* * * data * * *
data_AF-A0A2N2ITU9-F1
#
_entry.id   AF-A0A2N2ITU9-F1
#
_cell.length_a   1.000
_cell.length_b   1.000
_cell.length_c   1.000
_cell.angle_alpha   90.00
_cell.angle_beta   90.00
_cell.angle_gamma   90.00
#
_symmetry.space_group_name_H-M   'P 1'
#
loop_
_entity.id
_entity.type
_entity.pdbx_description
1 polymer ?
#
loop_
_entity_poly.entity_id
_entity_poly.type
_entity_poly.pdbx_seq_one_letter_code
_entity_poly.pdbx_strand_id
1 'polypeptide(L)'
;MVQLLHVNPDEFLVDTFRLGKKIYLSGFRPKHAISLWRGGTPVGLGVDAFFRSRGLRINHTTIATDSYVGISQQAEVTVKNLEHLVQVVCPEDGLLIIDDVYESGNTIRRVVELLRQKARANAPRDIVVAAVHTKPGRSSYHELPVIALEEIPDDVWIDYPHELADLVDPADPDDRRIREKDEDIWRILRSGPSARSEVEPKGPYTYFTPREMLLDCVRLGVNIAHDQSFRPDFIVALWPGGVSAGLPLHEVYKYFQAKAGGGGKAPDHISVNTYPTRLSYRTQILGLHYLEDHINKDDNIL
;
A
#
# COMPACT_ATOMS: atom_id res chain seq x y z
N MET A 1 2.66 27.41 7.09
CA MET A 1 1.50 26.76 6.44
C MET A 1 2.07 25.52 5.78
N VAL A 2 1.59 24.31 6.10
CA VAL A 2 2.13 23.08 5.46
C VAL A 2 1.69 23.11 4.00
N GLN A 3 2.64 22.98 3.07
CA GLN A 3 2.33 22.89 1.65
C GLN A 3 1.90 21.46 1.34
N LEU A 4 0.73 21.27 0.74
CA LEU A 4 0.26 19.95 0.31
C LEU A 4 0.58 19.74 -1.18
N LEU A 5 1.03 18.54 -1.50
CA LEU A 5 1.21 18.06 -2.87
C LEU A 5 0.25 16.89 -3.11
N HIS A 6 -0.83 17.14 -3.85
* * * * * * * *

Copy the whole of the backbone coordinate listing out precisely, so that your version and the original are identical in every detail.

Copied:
data_AF-A0A2N2ITU9-F1
#
_entry.id   AF-A0A2N2ITU9-F1
#
_cell.length_a   1.000
_cell.length_b   1.000
_cell.length_c   1.000
_cell.angle_alpha   90.00
_cell.angle_beta   90.00
_cell.angle_gamma   90.00
#
_symmetry.space_group_name_H-M   'P 1'
#
loop_
_entity.id
_entity.type
_entity.pdbx_description
1 polymer ?
#
loop_
_entity_poly.entity_id
_entity_poly.type
_entity_poly.pdbx_seq_one_letter_code
_entity_poly.pdbx_strand_id
1 'polypeptide(L)'
;MVQLLHVNPDEFLVDTFRLGKKIYLSGFRPKHAISLWRGGTPVGLGVDAFFRSRGLRINHTTIATDSYVGISQQAEVTVKNLEHLVQVVCPEDGLLIIDDVYESGNTIRRVVELLRQKARANAPRDIVVAAVHTKPGRSSYHELPVIALEEIPDDVWIDYPHELADLVDPADPDDRRIREKDEDIWRILRSGPSARSEVEPKGPYTYFTPREMLLDCVRLGVNIAHDQSFRPDFIVALWPGGVSAGLPLHEVYKYFQAKAGGGGKAPDHISVNTYPTRLSYRTQILGLHYLEDHINKDDNIL
;
A
#
# COMPACT_ATOMS: atom_id res chain seq x y z
N MET A 1 2.66 27.41 7.09
CA MET A 1 1.50 26.76 6.44
C MET A 1 2.07 25.52 5.78
N VAL A 2 1.59 24.31 6.10
CA VAL A 2 2.13 23.08 5.46
C VAL A 2 1.69 23.11 4.00
N GLN A 3 2.64 22.98 3.07
CA GLN A 3 2.33 22.89 1.65
C GLN A 3 1.90 21.46 1.34
N LEU A 4 0.73 21.27 0.74
CA LEU A 4 0.26 19.95 0.31
C LEU A 4 0.58 19.74 -1.18
N LEU A 5 1.03 18.54 -1.50
CA LEU A 5 1.21 18.06 -2.87
C LEU A 5 0.25 16.89 -3.11
N HIS A 6 -0.83 17.14 -3.85